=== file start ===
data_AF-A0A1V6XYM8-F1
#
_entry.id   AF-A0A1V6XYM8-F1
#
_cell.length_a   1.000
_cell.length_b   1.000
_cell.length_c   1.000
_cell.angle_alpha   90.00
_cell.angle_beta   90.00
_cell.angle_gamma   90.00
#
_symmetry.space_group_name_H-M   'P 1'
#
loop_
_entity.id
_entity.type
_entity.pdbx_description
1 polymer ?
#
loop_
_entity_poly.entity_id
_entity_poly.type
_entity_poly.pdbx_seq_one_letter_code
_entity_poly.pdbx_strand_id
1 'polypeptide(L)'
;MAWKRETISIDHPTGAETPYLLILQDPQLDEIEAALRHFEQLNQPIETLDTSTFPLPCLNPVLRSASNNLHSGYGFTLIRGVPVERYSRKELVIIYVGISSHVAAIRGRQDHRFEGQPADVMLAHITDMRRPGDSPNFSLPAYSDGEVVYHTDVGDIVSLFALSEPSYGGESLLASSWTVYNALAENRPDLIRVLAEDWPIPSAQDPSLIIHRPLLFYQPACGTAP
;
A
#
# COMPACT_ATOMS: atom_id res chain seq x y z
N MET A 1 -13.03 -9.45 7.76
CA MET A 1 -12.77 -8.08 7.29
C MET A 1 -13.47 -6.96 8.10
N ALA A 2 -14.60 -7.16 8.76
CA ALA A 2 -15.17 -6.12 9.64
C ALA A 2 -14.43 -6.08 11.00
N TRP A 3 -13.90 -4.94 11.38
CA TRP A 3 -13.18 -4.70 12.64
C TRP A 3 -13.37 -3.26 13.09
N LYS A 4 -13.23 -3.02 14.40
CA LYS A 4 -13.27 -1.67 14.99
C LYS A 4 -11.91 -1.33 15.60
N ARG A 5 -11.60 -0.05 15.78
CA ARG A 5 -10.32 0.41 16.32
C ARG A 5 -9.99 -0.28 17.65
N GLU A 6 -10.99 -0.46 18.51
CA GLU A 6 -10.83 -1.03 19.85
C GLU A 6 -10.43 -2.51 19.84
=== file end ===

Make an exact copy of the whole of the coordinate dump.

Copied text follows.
data_AF-A0A1V6XYM8-F1
#
_entry.id   AF-A0A1V6XYM8-F1
#
_cell.length_a   1.000
_cell.length_b   1.000
_cell.length_c   1.000
_cell.angle_alpha   90.00
_cell.angle_beta   90.00
_cell.angle_gamma   90.00
#
_symmetry.space_group_name_H-M   'P 1'
#
loop_
_entity.id
_entity.type
_entity.pdbx_description
1 polymer ?
#
loop_
_entity_poly.entity_id
_entity_poly.type
_entity_poly.pdbx_seq_one_letter_code
_entity_poly.pdbx_strand_id
1 'polypeptide(L)'
;MAWKRETISIDHPTGAETPYLLILQDPQLDEIEAALRHFEQLNQPIETLDTSTFPLPCLNPVLRSASNNLHSGYGFTLIRGVPVERYSRKELVIIYVGISSHVAAIRGRQDHRFEGQPADVMLAHITDMRRPGDSPNFSLPAYSDGEVVYHTDVGDIVSLFALSEPSYGGESLLASSWTVYNALAENRPDLIRVLAEDWPIPSAQDPSLIIHRPLLFYQPACGTAP
;
A
#
# COMPACT_ATOMS: atom_id res chain seq x y z
N MET A 1 -13.03 -9.45 7.76
CA MET A 1 -12.77 -8.08 7.29
C MET A 1 -13.47 -6.96 8.10
N ALA A 2 -14.60 -7.16 8.76
CA ALA A 2 -15.17 -6.12 9.64
C ALA A 2 -14.43 -6.08 11.00
N TRP A 3 -13.90 -4.94 11.38
CA TRP A 3 -13.18 -4.70 12.64
C TRP A 3 -13.37 -3.26 13.09
N LYS A 4 -13.23 -3.02 14.40
CA LYS A 4 -13.27 -1.67 14.99
C LYS A 4 -11.91 -1.33 15.60
N ARG A 5 -11.60 -0.05 15.78
CA ARG A 5 -10.32 0.41 16.32
C ARG A 5 -9.99 -0.28 17.65
N GLU A 6 -10.99 -0.46 18.51
CA GLU A 6 -10.83 -1.03 19.85
C GLU A 6 -10.43 -2.51 19.84